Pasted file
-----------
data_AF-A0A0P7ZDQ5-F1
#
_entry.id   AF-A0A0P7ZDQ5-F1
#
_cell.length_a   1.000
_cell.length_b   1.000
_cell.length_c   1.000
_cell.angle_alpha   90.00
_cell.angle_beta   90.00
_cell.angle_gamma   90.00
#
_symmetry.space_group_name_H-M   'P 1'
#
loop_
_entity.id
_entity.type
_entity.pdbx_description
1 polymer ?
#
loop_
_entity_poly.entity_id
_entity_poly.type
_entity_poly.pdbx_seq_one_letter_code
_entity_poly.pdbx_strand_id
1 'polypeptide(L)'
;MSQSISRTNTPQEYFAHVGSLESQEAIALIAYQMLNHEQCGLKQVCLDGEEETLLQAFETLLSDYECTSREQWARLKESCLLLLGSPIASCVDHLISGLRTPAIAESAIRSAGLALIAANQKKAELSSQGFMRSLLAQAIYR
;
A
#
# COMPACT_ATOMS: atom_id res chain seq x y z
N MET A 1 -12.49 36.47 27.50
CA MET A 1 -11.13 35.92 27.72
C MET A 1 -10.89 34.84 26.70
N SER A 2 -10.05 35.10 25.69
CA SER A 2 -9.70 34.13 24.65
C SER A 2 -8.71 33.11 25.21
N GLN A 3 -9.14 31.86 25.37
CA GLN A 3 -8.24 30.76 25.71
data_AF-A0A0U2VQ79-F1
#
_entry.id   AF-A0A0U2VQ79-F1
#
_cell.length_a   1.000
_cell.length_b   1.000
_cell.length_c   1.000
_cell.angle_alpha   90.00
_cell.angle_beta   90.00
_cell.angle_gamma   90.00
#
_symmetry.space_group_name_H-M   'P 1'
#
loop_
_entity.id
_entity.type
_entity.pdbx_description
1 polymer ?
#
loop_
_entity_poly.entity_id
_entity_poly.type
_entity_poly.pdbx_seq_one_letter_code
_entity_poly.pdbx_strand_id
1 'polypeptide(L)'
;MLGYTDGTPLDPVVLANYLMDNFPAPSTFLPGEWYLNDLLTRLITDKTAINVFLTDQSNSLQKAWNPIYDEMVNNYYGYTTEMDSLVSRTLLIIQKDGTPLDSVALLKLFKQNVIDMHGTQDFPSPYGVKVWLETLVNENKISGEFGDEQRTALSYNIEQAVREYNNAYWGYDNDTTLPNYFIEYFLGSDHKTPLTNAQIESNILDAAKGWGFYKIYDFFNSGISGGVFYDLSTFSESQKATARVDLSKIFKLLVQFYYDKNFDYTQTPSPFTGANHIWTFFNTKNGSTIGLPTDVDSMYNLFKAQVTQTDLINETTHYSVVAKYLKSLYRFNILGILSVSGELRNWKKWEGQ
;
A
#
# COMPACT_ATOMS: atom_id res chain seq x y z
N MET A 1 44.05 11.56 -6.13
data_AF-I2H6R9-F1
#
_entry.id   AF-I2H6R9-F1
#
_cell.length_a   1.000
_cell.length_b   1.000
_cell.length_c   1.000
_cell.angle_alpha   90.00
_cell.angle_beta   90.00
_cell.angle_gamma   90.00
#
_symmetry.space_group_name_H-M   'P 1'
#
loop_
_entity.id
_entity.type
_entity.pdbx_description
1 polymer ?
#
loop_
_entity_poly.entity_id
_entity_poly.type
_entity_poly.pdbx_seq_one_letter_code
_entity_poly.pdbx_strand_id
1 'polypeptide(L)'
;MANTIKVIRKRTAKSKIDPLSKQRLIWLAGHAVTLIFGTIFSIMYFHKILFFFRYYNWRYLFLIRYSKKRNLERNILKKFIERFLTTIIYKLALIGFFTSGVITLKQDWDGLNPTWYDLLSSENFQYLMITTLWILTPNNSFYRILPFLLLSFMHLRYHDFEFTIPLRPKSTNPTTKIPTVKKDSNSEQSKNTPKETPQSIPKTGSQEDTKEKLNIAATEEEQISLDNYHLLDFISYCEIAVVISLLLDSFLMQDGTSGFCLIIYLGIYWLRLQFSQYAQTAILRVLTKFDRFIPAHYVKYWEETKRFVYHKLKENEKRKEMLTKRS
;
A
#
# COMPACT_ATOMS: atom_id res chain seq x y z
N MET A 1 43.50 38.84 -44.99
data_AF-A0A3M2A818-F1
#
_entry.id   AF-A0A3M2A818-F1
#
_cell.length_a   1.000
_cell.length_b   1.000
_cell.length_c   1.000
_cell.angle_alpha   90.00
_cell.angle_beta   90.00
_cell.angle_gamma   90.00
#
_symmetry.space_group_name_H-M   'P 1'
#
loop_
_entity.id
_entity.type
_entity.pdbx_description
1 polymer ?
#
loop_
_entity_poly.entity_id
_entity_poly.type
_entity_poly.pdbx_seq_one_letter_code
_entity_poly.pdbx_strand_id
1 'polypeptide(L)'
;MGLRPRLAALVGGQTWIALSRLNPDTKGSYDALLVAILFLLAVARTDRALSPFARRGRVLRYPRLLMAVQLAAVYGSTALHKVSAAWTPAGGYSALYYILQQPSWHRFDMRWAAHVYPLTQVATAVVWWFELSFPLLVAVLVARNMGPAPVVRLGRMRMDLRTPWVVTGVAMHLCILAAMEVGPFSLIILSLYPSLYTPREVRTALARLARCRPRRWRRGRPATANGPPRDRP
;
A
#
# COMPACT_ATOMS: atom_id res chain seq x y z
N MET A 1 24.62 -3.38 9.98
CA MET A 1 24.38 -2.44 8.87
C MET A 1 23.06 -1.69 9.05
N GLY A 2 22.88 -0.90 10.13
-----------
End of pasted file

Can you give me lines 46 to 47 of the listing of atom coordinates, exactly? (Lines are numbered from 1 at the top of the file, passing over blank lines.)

_cell.angle_alpha   90.00
_cell.angle_beta   90.00